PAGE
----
In August, Biden told Americans the general public would be eligible for booster shots of both two-shot vaccines by 20 September. In a high-profile address he said, “Just remember, as a simple rule: eight months after your second shot, get a booster shot.”
However, rules around boosters have proved far from simple. While leaders at the FDA and CDC agreed with Biden’s plan, the independent panels which help guide decision-making at each agency had not looked at the data. When they did, experts significantly winnowed down who they believed should be eligible for a third dose.
The FDA approved booster doses for recipients of the Pfizer vaccine six months after their second dose, but only for those aged 65 years and older or those between 18 and 65 who had a high chance of developing severe Covid-19 or being exposed at work.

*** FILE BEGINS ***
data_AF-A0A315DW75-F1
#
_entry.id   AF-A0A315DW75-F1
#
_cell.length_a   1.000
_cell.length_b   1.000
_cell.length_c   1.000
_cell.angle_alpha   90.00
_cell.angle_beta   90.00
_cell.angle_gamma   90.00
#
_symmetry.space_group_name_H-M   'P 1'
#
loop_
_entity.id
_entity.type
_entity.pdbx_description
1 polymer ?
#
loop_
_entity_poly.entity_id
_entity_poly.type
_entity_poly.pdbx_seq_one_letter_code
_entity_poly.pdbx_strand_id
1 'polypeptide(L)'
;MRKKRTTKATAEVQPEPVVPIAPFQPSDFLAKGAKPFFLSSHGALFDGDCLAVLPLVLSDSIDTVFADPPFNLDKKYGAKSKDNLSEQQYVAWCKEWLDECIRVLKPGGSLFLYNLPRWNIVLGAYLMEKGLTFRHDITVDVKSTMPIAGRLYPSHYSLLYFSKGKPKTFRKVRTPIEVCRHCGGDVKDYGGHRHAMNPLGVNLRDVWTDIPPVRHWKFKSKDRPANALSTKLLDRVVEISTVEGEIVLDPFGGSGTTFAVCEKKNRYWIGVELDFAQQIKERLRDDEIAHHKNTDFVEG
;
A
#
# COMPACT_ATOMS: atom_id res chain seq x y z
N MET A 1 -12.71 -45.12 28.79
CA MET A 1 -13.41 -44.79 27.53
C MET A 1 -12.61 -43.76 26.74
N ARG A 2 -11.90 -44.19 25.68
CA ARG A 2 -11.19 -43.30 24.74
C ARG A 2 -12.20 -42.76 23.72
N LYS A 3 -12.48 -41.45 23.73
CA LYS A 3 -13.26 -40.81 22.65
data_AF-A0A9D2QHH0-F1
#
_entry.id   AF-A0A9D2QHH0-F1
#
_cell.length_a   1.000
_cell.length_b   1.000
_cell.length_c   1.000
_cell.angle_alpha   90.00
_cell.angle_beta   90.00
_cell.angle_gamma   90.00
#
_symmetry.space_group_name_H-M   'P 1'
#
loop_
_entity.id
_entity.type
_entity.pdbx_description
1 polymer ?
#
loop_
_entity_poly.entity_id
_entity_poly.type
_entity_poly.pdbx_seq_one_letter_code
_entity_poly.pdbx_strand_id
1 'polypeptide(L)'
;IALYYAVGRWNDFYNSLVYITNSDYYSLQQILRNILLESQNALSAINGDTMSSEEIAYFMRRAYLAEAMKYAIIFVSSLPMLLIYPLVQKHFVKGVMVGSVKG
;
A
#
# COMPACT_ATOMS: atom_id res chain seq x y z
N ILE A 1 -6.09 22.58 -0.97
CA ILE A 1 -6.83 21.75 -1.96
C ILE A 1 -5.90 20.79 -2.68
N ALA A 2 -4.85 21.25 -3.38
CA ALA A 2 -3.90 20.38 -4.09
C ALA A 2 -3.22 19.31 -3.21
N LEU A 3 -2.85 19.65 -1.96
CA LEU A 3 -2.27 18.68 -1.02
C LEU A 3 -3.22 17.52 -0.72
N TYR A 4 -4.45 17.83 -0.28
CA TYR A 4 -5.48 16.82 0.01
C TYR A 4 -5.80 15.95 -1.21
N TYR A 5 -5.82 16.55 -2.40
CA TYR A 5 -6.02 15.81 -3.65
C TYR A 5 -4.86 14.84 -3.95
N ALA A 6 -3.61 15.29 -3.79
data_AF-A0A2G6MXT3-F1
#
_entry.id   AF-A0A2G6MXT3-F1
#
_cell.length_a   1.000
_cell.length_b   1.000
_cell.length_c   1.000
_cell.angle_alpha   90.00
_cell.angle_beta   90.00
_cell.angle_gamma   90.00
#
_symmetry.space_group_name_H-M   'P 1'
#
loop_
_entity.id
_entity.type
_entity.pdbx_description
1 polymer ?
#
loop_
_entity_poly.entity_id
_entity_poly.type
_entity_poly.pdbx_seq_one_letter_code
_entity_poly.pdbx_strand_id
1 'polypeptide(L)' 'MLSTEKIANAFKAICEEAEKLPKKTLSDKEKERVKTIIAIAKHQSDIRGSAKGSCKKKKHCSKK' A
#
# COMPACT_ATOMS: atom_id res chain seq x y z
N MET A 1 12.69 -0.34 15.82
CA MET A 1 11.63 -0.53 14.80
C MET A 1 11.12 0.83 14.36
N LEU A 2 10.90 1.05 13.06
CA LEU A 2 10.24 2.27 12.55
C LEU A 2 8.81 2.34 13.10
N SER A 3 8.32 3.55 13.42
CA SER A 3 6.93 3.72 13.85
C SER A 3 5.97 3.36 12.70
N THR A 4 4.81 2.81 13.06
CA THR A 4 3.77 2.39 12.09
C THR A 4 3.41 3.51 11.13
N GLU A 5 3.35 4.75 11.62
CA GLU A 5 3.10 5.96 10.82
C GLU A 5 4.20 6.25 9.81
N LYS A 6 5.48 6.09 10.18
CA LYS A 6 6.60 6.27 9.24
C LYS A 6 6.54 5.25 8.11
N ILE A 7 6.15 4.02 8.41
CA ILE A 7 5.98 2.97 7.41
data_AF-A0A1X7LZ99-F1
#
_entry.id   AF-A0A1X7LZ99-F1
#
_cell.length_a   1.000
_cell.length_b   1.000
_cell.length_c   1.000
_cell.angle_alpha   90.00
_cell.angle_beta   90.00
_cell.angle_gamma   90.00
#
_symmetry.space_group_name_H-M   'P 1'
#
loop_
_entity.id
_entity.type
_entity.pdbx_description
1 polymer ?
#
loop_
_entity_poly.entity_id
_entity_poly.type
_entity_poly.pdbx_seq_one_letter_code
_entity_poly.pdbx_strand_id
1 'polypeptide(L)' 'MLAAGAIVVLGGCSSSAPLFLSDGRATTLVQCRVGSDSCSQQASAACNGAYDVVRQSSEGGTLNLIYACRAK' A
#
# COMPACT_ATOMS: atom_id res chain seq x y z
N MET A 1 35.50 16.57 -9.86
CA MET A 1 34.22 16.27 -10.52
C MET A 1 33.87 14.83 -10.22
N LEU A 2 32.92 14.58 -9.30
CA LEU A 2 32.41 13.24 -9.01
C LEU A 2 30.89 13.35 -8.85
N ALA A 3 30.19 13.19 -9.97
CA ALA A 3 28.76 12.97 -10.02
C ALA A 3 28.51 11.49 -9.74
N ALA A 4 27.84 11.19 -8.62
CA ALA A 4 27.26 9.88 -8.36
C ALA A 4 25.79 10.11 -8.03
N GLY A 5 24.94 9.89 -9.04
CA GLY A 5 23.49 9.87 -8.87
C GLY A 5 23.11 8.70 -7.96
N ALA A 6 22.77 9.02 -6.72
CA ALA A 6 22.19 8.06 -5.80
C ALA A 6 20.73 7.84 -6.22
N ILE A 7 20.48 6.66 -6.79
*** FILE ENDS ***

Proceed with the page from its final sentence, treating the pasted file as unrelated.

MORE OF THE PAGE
The CDC said who “should” and who “may” get a booster shot. Joe Biden According to that guidance, people older than 65, aged 50 to 64 with underlying health conditions or between 18 and 65 and in long-term care “should” receive a booster.
Younger people who risk exposure at work and have underlying health conditions “may” get a booster.
People with compromised immune systems should receive a third dose of the Pfizer vaccine. The FDA and CDC recommended a third dose for this group with relatively little fanfare.
The FDA and CDC are expected to separately review the evidence for a booster dose of the Moderna and Johnson & Johnson shots.
As Biden received his third dose, he implied eligibility may expand in the future.